Kindness Versus Understanding

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I have seen an endless slew of posts talking about kindness recently.  It bothers me—like irrationally bothers me.  It’s not that I disagree with being kind, but I feel we preach it as a value and people don’t ever look at why they are doing it.  We continually shout, “Be kind” as if that is going to erase the fact that we compete and treat each other like crap.  We are searching for something more—and I don’t believe that kindness is the result we are looking for.  Not really, at least.  Being kind won’t provide the type of fulfillment we need.

I feel the kindness we preach is false.  I truly understand the point people are trying to make which is simply be nice when you have the opportunity—which is all the time.  But I feel this absolves some people from personal accountability and it allows people to forget their shared responsibility to each other.  The kindness we talk about is highly performative to make people see you in a certain way.  And kindness is an action not a behavior.  Kindness doesn’t come freely.  There is always motivation behind being kind.  We aren’t taught to be kind, we are taught to appear kind.  I believe what we are really looking for is understanding.

When you take the time to know, to feel, to see, to experience something outside of your perspective, you cultivate a shared knowledge.  And it is easier to be kind, genuinely kind, when you understand.  Establishing understanding involves empathy and shared humanity.  Can kindness include these things?  Of course it can.  Is it important?  YES.  Bot as a goal or a value, kindness falls short.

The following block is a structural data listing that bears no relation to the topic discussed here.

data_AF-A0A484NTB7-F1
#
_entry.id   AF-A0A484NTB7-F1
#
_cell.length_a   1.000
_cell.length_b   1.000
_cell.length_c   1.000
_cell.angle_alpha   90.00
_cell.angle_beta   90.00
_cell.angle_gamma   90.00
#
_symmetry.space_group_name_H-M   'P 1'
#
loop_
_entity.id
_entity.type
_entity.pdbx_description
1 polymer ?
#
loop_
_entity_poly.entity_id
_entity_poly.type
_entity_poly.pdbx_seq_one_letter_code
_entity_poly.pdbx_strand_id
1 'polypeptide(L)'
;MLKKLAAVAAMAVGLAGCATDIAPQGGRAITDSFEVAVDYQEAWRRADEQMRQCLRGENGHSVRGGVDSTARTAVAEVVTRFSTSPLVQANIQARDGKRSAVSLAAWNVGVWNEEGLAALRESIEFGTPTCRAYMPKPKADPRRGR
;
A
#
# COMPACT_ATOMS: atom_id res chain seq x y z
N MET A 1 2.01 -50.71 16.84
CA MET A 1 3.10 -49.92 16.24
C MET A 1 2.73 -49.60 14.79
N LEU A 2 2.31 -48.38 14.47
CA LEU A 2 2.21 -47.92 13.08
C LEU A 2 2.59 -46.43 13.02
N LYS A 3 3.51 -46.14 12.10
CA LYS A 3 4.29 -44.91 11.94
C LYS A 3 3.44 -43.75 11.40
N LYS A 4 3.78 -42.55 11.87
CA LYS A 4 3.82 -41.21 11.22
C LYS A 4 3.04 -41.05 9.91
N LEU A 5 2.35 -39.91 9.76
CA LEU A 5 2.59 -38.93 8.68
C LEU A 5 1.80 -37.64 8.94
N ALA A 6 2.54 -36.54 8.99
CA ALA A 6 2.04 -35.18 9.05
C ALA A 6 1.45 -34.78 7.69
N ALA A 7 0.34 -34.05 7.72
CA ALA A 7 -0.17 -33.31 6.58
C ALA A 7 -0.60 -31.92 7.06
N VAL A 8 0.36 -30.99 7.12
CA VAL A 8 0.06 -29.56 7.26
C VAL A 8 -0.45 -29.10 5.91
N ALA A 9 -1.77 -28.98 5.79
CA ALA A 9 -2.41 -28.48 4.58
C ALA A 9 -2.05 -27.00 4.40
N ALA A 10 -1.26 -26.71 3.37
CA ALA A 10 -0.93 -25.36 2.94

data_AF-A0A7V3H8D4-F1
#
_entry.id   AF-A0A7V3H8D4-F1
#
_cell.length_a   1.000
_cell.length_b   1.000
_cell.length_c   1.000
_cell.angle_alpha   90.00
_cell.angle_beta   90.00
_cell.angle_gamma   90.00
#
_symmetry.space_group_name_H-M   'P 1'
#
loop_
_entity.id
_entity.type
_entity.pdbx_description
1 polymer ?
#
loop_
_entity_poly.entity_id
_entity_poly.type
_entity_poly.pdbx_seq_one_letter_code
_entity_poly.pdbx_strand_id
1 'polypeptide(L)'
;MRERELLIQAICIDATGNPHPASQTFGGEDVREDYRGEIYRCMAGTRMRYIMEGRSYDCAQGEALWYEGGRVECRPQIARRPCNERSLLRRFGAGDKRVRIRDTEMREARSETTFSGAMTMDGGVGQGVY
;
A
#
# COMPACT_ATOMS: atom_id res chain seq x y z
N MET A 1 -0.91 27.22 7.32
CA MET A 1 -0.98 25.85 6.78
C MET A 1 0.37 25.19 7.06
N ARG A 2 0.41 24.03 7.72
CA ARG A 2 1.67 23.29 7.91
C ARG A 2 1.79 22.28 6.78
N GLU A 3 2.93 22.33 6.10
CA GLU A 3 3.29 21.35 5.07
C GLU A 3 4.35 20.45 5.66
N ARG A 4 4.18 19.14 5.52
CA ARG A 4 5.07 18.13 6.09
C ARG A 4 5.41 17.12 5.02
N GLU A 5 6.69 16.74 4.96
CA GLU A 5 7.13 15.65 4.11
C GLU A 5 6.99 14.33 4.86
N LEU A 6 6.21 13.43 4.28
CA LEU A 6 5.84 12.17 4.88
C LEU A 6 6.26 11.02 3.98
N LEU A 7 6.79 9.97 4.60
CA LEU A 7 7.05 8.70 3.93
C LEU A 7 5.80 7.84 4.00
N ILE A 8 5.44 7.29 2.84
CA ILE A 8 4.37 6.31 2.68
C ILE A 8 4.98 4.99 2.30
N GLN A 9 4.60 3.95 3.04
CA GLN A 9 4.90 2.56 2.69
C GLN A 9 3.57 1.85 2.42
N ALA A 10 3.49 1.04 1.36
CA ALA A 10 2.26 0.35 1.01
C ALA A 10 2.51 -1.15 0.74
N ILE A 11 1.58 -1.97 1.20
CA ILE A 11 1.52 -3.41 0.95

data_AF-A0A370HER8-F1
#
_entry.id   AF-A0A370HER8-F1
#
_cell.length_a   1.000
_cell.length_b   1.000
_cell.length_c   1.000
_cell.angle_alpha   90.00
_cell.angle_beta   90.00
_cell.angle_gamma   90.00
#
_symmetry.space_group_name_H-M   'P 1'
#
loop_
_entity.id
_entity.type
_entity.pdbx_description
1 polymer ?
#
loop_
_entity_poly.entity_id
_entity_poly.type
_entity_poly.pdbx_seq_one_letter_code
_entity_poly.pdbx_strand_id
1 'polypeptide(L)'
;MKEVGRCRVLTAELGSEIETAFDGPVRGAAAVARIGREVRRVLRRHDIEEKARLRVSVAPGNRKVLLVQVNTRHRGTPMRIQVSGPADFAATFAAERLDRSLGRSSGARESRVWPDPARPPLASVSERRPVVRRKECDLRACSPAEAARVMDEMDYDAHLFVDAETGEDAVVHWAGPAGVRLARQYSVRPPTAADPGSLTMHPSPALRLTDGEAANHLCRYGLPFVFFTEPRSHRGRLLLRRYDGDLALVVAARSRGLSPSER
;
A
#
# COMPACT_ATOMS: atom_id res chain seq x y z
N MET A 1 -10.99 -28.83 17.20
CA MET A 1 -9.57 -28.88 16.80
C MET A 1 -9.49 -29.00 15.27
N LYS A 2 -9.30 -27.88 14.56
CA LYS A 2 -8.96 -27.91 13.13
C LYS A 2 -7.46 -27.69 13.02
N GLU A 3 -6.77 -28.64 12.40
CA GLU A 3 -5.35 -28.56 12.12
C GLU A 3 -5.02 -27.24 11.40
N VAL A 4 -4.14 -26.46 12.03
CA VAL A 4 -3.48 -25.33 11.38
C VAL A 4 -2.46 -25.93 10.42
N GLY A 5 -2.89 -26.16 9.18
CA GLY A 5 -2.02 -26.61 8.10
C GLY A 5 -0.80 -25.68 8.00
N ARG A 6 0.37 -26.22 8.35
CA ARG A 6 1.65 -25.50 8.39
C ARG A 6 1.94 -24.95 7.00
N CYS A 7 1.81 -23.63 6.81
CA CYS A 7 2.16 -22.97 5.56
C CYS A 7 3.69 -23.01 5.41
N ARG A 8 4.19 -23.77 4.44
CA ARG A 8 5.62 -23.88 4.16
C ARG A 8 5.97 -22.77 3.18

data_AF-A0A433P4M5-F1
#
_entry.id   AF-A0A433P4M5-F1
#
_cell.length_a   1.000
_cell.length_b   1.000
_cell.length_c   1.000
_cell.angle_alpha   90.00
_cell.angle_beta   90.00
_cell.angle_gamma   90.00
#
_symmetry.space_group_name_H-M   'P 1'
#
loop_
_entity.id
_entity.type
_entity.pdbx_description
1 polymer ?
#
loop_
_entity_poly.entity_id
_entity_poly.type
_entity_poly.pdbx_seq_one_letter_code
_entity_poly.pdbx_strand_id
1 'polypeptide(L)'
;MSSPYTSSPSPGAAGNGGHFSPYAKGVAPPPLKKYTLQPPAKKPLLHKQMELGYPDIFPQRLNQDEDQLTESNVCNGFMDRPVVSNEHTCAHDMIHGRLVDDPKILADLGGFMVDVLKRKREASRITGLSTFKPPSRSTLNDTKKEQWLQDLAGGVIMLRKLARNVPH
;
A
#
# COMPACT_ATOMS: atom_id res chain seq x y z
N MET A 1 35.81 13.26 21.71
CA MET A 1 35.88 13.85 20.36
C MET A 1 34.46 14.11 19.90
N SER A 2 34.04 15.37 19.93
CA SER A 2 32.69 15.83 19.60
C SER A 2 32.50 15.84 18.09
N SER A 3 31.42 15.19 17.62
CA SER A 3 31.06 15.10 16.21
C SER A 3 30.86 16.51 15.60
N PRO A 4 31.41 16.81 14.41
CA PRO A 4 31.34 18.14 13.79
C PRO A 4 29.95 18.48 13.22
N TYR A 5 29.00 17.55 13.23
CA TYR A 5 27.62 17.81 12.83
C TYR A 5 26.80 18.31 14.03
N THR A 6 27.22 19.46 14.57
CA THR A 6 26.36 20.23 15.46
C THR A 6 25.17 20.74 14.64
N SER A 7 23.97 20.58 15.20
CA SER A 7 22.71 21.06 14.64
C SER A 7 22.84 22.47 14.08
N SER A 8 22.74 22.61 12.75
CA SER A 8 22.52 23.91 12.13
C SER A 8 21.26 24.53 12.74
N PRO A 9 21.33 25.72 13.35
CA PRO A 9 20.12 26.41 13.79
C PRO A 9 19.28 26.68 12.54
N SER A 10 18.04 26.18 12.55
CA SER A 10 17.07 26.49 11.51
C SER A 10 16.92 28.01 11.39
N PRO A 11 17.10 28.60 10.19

We evolve kindness when needed.  Like stopping kids fighting, picking up a dropped pen for someone, giving a compliment or encouragement.  Understanding is deeper and it takes more.  Understanding gets to the root.  It creates better systems because the human is front and center of decisions.  It embraces all.  Understanding can foster kindness—but we need to understand.       

When we understand each other, we can genuinely say, “I see your experience and I see how it got you here.  I see what you need because of those things.”  The world needs more willingness to be seen at this level, at our core.  The more you are willing to express what we need, the more willing other people may be to show what they need as well.  We see how much more we have in common. 

By all means be kind.  Take the time to smile at someone who seems to be hurting.  Take the few extra minutes to help a co-worker understand an assignment.  Take some time to have a conversation with a friend who seems to be struggling—or take time to celebrate their wins.  But do all this with the goal of understanding what it took to bring them to that point.  And then try to understand the next person.  And the next person…and understand them as you understand yourself.

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